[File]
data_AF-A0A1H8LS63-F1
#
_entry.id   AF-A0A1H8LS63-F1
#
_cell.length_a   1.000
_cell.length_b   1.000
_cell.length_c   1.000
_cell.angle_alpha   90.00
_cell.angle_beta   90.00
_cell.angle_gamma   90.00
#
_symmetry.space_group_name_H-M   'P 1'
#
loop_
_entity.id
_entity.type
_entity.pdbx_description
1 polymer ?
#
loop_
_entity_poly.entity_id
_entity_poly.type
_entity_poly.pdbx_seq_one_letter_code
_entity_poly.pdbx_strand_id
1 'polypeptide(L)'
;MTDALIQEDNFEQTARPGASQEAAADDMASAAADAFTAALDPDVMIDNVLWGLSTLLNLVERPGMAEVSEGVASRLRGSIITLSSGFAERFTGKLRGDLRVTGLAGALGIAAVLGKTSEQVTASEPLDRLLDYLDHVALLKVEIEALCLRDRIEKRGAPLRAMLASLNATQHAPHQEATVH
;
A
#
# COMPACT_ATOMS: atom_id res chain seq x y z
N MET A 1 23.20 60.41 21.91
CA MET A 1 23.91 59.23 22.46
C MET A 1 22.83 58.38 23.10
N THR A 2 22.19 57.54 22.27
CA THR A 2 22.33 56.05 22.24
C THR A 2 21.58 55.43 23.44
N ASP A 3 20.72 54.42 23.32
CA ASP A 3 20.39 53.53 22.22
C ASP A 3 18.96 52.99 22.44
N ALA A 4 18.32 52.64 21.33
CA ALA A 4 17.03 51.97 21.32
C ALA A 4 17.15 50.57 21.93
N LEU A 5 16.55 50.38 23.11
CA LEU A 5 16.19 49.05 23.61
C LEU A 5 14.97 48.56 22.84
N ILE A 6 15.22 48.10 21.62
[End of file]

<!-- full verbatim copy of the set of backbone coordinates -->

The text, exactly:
data_AF-A0A1H8LS63-F1
#
_entry.id   AF-A0A1H8LS63-F1
#
_cell.length_a   1.000
_cell.length_b   1.000
_cell.length_c   1.000
_cell.angle_alpha   90.00
_cell.angle_beta   90.00
_cell.angle_gamma   90.00
#
_symmetry.space_group_name_H-M   'P 1'
#
loop_
_entity.id
_entity.type
_entity.pdbx_description
1 polymer ?
#
loop_
_entity_poly.entity_id
_entity_poly.type
_entity_poly.pdbx_seq_one_letter_code
_entity_poly.pdbx_strand_id
1 'polypeptide(L)'
;MTDALIQEDNFEQTARPGASQEAAADDMASAAADAFTAALDPDVMIDNVLWGLSTLLNLVERPGMAEVSEGVASRLRGSIITLSSGFAERFTGKLRGDLRVTGLAGALGIAAVLGKTSEQVTASEPLDRLLDYLDHVALLKVEIEALCLRDRIEKRGAPLRAMLASLNATQHAPHQEATVH
;
A
#
# COMPACT_ATOMS: atom_id res chain seq x y z
N MET A 1 23.20 60.41 21.91
CA MET A 1 23.91 59.23 22.46
C MET A 1 22.83 58.38 23.10
N THR A 2 22.19 57.54 22.27
CA THR A 2 22.33 56.05 22.24
C THR A 2 21.58 55.43 23.44
N ASP A 3 20.72 54.42 23.32
CA ASP A 3 20.39 53.53 22.22
C ASP A 3 18.96 52.99 22.44
N ALA A 4 18.32 52.64 21.33
CA ALA A 4 17.03 51.97 21.32
C ALA A 4 17.15 50.57 21.93
N LEU A 5 16.55 50.38 23.11
CA LEU A 5 16.19 49.05 23.61
C LEU A 5 14.97 48.56 22.84
N ILE A 6 15.22 48.10 21.62